What is Linear Algebra?

Linear Algebra is a branch of mathematics as old as mathematics
itself. The solving of the simple linear equation ax + b = 0 may be
considered as the original problem of this subject. Although this
problem presents absolutely no difficulty at all, the method which
solves it (i.e. if a ‚ 0, then the unique solution is given by x =
(-b)/a, no solution if a=0 and b ‚ 0 and infinitely many solutions if
both a and b are zero), together with the properties of the
corresponding linear function y=ax+b, are fundamental models for the
ideas and methods of all of linear algebra. For example, the basic
idea behind the solution of a system of linear equations in several
unknowns is that of replacing such a system by a chain of these
simple equations (by "eliminating" the variables).

The study of systems of linear equations acquired a new significance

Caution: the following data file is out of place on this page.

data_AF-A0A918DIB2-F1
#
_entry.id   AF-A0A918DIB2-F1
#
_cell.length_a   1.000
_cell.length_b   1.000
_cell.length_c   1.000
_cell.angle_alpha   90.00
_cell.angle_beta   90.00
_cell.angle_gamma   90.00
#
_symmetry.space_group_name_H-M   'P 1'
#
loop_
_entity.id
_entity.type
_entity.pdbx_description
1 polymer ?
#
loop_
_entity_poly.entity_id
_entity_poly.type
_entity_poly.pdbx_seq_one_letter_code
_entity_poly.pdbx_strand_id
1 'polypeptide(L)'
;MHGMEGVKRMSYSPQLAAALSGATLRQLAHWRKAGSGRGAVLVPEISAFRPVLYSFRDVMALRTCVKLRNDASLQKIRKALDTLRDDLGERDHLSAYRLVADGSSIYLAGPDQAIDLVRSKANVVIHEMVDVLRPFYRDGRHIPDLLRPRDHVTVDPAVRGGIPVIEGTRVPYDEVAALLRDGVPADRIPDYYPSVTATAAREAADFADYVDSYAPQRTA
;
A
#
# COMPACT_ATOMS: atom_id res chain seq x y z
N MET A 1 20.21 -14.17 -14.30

after the creation of analytic geometry (by Réné Descartes); it was
possible to reduce all the fundamental questions about the
arrangements of lines and planes in space to the investigation of
such algebraic systems. Here we see a fantastic idea which is the
undercurrent of most mathematical processes:

Start from a problem in geometry, translate the problem in
the language of algebra, solve the resulting algebra problem using the
algebraic tools and finally transport the solution back to geometry.

We will encounter several such examples of this process in our
course. This process of back-and-forth translation itself leads to
new discoveries in linear algebra. For example, the search in the
18th century for the general solution of n equations in n unknowns
led Leibnitz and Cramer to the notion of determinants. I can go on
and on but let me stop with this observation: today we can safely
declare that there is no branch of science which does not apply
Linear Algebra. The real world applications need Linear Algebra. That
is, perhaps, one reason why we demand Linear Algebra (and her sister,
Calculus) as a pre-requisite for all programs in the Faculty of
Science (and even in Economics, Engineering and Business